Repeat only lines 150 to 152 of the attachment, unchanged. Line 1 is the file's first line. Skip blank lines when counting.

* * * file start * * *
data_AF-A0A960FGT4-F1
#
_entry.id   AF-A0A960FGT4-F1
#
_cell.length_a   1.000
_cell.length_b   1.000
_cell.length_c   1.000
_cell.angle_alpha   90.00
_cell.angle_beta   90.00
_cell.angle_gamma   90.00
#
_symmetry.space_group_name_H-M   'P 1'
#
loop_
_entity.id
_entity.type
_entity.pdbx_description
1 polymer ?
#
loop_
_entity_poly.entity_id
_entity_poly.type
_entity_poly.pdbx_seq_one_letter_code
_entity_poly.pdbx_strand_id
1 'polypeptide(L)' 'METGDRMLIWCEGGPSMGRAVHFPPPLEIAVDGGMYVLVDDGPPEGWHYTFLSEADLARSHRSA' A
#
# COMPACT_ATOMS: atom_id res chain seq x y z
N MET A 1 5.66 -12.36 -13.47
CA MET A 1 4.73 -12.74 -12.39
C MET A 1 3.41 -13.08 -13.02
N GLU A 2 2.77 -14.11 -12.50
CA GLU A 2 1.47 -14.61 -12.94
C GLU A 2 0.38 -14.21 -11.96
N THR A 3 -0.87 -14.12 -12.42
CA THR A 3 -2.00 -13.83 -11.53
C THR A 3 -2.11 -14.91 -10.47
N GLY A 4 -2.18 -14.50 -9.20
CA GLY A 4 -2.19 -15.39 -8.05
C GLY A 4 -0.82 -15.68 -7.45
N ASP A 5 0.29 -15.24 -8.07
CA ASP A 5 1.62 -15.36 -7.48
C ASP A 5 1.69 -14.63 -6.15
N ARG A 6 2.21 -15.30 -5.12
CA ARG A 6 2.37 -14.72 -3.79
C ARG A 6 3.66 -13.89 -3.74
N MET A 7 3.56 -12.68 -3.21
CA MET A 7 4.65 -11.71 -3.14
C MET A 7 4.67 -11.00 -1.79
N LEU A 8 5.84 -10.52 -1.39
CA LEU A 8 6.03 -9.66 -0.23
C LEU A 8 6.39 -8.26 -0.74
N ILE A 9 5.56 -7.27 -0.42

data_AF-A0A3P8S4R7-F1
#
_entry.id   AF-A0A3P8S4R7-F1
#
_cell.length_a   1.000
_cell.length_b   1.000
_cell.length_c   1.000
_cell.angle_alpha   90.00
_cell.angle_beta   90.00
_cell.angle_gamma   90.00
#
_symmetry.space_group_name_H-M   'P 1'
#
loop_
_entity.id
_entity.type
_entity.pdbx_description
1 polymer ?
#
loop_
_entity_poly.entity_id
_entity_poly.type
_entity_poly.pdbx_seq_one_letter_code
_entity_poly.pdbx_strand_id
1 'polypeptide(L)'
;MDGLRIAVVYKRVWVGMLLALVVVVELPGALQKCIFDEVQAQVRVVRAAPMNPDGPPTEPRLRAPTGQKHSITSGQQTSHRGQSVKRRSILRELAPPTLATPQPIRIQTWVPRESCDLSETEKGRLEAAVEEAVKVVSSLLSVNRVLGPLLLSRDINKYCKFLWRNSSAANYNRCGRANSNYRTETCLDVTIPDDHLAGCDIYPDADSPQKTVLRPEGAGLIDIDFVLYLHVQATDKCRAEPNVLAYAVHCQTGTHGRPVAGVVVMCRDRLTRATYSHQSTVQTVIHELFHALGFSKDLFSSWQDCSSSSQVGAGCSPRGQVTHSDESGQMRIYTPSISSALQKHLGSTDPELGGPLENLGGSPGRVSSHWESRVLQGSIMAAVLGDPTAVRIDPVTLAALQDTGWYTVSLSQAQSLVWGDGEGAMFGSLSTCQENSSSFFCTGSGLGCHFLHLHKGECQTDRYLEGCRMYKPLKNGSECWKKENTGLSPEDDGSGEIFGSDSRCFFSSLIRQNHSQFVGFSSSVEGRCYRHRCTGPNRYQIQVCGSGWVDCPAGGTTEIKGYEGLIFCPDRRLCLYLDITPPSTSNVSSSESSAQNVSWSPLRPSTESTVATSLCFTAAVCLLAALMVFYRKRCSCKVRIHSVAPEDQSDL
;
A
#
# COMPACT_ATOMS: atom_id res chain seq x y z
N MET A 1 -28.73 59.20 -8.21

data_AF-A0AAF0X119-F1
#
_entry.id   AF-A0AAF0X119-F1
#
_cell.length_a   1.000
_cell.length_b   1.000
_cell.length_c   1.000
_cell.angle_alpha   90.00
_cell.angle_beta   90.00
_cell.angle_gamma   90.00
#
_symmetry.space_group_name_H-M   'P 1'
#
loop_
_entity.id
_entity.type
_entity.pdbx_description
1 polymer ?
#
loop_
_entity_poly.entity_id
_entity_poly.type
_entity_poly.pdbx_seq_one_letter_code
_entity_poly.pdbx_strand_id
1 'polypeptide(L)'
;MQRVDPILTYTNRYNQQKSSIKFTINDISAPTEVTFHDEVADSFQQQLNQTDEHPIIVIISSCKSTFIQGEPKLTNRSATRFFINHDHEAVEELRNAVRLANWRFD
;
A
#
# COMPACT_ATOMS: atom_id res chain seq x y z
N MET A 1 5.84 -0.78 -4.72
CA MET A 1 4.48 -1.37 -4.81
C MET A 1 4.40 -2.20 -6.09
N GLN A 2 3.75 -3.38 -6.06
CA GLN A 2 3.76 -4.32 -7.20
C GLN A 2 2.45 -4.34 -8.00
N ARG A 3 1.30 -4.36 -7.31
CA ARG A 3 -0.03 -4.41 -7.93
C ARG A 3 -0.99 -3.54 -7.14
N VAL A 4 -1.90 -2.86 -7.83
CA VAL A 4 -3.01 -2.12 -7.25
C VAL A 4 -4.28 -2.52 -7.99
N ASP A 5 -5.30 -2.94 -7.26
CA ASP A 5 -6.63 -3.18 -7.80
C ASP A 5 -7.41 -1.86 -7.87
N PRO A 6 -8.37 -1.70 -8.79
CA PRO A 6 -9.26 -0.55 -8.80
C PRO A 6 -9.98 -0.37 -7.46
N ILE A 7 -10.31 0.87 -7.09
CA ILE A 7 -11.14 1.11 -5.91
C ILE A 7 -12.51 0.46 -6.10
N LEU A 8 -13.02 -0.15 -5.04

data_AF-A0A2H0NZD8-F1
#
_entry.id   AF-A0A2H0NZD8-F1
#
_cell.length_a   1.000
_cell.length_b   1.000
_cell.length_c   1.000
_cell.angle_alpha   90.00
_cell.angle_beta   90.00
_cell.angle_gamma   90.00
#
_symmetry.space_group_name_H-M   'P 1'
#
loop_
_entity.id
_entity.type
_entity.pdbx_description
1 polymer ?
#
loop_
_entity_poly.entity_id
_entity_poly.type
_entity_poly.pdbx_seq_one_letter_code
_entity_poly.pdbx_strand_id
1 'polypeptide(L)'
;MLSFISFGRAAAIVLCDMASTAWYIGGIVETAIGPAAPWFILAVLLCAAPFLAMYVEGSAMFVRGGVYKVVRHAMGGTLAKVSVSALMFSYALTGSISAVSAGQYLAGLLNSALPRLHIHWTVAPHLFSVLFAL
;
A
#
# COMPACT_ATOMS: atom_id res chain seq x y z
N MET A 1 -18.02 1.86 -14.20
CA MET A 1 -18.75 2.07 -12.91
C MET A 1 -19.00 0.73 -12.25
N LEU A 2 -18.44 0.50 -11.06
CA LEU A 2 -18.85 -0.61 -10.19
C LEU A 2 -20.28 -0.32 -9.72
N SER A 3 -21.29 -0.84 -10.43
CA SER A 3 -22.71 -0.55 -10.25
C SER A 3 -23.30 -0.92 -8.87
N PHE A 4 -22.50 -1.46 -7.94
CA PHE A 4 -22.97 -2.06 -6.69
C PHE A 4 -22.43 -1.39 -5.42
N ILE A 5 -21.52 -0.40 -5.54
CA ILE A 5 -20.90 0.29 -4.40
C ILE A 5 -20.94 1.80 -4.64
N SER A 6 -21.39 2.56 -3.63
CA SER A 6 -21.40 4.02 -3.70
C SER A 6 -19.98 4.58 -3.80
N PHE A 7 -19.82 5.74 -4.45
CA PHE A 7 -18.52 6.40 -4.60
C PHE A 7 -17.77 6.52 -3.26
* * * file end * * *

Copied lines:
_entity.id
_entity.type
_entity.pdbx_description